Google patches holes in Toolbar


Google patches holes in Toolbar

A series of security holes in the Google Toolbar, an application offered by the popular search engine that adds easily accessible search features to Web browsers, could allow an attacker to read files, reroute searches and execute scripts on an affected PC, according to a security alert released yesterday by GreyMagic Software.

GreyMagic identified a total of nine vulnerabilities ranging from minor - a Web site operator being able to tell what keys a user is pressing in the Google search field - to serious - the scripting vulnerability.

The flaws were all patched by Google's automatic update to the toolbar, released on Wednesday, meaning that many Google Toolbar users should already be protected against the holes, GreyMagic said.

GreyMagic found the vulnerabilities in version 1.1.58 of the toolbar. Google is already distributing versions 1.1.59 and 1.1.60, which should fix the problems.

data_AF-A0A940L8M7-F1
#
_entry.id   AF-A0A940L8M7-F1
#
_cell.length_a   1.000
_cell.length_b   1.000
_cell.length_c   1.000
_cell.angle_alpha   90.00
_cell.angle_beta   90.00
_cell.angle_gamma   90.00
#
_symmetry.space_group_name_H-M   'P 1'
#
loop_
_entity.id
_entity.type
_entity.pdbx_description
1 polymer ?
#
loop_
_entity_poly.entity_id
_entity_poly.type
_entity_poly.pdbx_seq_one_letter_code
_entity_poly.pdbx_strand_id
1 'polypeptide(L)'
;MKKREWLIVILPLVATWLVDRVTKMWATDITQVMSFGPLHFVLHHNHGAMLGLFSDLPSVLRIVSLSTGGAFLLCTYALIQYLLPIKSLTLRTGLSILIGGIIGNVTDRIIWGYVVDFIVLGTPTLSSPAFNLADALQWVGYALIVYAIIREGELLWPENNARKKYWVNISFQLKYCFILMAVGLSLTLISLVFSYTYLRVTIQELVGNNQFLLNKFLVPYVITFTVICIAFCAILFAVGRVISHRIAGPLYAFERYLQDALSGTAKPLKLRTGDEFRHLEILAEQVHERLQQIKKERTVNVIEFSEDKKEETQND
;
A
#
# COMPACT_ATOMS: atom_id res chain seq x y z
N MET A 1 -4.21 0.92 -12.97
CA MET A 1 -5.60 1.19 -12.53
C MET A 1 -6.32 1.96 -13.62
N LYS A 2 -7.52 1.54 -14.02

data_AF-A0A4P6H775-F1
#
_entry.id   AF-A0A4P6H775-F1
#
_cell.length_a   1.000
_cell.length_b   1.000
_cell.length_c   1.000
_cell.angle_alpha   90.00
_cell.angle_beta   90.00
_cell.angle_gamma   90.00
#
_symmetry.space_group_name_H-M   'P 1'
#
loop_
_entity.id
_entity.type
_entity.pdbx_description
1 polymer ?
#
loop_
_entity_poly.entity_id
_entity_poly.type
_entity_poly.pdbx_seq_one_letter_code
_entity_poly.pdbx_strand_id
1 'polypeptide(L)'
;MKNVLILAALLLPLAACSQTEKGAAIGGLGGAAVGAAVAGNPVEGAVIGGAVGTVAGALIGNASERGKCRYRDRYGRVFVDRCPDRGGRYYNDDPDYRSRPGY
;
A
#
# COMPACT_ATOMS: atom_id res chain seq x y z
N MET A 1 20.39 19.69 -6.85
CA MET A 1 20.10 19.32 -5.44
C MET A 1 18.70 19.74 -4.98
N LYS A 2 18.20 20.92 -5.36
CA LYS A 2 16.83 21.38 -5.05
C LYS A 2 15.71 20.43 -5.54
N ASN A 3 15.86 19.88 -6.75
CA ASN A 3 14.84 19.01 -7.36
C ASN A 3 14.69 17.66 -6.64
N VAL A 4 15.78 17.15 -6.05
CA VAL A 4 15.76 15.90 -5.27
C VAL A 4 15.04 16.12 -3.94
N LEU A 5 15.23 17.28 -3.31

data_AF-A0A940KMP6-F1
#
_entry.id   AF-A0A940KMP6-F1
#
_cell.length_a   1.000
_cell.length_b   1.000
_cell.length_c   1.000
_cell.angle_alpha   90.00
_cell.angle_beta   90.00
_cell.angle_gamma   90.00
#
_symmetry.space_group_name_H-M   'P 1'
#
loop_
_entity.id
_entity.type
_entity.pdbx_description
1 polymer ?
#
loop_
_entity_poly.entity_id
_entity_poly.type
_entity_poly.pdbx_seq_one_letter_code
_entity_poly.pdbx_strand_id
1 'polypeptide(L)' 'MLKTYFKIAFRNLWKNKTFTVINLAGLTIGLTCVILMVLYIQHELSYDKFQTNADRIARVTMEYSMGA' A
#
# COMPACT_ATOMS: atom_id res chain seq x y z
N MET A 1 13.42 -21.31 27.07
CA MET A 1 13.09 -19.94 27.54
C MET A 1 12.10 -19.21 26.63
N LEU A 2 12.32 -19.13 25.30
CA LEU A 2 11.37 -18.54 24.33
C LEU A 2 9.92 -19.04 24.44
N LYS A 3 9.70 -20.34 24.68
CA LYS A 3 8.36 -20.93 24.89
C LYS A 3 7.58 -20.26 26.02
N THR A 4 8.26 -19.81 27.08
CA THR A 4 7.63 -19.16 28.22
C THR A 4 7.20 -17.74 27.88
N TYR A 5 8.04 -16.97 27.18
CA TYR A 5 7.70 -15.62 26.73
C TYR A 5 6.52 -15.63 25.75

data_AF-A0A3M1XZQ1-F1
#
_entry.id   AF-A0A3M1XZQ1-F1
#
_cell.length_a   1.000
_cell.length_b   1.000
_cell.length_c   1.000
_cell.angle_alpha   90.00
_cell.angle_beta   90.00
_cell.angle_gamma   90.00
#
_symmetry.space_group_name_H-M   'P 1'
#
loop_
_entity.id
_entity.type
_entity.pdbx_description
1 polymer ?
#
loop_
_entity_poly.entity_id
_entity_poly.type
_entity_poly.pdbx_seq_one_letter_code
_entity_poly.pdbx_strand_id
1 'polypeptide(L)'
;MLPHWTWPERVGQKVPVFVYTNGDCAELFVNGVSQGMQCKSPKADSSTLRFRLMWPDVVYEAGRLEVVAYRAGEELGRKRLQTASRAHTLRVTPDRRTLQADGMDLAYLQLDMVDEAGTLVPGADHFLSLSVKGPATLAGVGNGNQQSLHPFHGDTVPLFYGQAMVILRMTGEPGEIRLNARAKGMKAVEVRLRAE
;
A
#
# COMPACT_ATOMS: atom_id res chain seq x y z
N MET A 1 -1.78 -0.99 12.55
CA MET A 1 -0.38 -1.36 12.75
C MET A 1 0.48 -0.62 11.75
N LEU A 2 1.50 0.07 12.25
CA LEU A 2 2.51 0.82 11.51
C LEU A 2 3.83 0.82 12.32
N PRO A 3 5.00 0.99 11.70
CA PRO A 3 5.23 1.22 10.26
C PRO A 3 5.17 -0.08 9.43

Among the less serious flaws found is the search bar keylogging described above, enabling the "Page Rank" and "Category" features that could reveal user information, clearing the toolbar's history or even uninstalling the application.

More seriously, by using a specific Uniform Resource Locator (URL), attackers could reroute searches through their own Web sites, allowing them to log information about users, the security group said.

By using other URLs containing scripts, an attacker can read files on the affected PC or execute scripts in the same security context that Web pages are viewed.

Users can check to see what version of the Google Toolbar they are running by clicking on the Google logo in the Toolbar and selecting "About Google Toolbar".

The Google Toolbar can be downloaded from

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